Project Definition - a deliverable for the earliest life cycle stages of the project may be to develop and produce an outline project definition via a Feasibility Study, say. There will be time, cost and quality expectations associated with completing this deliverable that the Project Manager, as Study Leader, will be responsible for.
For each project undertaken the Project Manager should identify, agree and document the responsibilities and the expectations of the project sponsor. These are the Terms of Reference for the Project Manager, against which success is measured.
If you are currently undertaking a project management assignment without such Terms of Reference, we urge you to agree these with your sponsor as a matter of urgency.
Without any Terms of Reference, how can you manage your perceived performance accordingly?
Project Management Duties.
We understand duties as the tasks or activities a Project Manager must regularly carry out in order to meet the agreed responsibilities.
Again, a list can be quite long and will be closely aligned with specific Terms of Reference, but could include the following duties:
- Produce a progress report monthly
- Review the risk register monthly
- Weekly communication meetings with Team Principals
- Review weekly progress reports of Team Principals
- Approval of purchase order requisitions
- Approval of supplier invoices for payment
- Weekly telephone updates to the sponsor
- Induct new Team members into the project
- Market the project internally
- Produce a monthly project newsletter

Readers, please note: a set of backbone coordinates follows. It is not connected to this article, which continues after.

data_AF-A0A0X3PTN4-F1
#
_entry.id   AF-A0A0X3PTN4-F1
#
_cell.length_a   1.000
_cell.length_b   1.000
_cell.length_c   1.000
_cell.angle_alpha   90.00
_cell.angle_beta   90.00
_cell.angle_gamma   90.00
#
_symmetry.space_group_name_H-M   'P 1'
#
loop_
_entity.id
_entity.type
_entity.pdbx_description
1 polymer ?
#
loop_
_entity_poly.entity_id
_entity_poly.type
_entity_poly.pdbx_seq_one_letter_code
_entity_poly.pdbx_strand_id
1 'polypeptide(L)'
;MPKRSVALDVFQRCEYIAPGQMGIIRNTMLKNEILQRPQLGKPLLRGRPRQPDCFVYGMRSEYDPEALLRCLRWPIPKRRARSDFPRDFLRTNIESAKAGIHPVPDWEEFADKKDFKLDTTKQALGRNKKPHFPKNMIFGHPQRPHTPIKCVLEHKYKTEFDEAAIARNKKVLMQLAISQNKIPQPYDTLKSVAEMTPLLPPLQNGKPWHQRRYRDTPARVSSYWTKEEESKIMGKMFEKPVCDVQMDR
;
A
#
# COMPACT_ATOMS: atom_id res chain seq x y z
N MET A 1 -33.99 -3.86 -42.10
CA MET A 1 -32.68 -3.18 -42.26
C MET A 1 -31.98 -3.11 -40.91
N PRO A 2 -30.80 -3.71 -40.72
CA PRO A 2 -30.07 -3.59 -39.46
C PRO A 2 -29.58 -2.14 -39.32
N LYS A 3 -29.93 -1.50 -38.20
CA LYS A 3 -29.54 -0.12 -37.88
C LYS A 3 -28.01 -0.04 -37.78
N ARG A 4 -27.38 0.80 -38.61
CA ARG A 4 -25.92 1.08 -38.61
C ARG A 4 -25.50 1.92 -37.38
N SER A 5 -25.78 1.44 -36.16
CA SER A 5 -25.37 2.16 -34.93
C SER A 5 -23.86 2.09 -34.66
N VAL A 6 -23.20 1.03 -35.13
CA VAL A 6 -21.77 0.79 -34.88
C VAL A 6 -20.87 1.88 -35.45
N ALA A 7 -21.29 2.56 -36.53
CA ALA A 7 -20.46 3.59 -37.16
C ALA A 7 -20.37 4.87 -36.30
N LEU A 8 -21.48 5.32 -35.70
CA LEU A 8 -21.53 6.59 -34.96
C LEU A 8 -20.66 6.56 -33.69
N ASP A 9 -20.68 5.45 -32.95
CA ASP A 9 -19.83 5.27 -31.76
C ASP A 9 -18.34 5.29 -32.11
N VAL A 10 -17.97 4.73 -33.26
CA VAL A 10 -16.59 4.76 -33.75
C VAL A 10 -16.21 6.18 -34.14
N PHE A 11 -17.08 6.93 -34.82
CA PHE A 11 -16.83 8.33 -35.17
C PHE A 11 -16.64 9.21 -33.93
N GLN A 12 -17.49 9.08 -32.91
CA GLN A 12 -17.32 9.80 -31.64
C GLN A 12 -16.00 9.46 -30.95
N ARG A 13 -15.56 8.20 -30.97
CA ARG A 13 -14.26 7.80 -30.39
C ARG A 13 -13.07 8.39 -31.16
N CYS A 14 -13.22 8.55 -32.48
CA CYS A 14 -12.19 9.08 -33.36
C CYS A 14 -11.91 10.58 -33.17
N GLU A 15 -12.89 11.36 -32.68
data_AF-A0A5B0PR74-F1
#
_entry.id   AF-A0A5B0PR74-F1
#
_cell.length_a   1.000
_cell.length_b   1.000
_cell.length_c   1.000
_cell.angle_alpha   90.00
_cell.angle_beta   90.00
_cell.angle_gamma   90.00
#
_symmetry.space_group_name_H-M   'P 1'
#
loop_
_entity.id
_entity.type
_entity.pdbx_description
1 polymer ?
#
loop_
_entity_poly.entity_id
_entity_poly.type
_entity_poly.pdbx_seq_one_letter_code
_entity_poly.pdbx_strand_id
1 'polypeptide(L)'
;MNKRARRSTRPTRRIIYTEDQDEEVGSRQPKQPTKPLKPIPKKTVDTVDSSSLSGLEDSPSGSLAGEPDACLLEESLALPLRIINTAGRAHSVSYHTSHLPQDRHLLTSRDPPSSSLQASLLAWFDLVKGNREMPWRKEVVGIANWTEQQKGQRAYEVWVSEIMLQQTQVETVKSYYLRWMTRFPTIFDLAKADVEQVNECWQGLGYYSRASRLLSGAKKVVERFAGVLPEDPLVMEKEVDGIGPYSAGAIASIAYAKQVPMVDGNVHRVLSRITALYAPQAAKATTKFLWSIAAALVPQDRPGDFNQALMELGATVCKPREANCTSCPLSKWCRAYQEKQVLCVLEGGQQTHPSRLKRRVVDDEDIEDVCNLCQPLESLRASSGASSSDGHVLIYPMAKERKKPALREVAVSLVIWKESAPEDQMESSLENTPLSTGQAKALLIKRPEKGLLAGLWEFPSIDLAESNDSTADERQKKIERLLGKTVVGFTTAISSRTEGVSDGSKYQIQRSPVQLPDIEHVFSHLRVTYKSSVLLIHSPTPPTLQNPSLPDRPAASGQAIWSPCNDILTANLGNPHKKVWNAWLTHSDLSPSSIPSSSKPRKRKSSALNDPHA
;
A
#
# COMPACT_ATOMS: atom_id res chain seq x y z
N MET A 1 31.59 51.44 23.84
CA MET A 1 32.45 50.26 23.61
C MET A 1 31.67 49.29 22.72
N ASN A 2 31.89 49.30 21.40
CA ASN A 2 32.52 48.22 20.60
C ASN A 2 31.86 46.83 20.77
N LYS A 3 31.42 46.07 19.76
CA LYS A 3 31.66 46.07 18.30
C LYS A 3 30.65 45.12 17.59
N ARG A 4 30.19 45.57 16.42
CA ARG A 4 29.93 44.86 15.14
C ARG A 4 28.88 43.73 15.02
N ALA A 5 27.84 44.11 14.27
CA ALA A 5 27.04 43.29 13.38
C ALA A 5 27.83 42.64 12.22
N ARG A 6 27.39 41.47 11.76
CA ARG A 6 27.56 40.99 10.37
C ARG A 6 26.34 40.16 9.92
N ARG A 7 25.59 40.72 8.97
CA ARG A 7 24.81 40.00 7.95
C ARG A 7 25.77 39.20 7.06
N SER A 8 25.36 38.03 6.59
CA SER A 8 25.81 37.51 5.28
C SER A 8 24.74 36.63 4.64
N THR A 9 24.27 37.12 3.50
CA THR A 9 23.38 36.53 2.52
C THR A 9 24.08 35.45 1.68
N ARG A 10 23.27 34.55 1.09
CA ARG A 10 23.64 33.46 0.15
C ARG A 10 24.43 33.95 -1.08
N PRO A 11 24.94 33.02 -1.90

- Maintain a project blog
- And the list can go on...
Project Management Skills.
The 'Technical' skills required of a Project Manager, will be varied and will depend upon the nature of the project at hand.
For example, the skills required to manage a technology driven project developing a prototype are different to those needed to deliver a project supplying proven off-the-shelf equipment to the pharmaceutical industry.
Also the skills required to deliver a manufacturing site development will be different to those required to deliver a cultural change project within a Bank.
However the skills associated with the Transactional and Transformational dimensions are practically fully transferable across any industry or commercial sector and any geography.
The BEST Project Managers should be able to manage any project.
A common misconception: we have an IT project, therefore we need an project manager who understands IT.
Not necessarily the smartest move.
There are excellent project managers with a wealth of experience delivering IT projects, however the Project Manager should be selected based on overall Project Management skills, not solely because they are strong in the technology or service associated with the project.
A well informed understanding of the technology or service associated with the project can be easily and quickly assimilated, however excellent cultural and communication skills cannot; they take years of practice to develop.
The most versatile Project Managers are therefore those highly skillful in the Transactional and Transformational dimensions, and have a proven track record delivering a diverse range of projects successfully.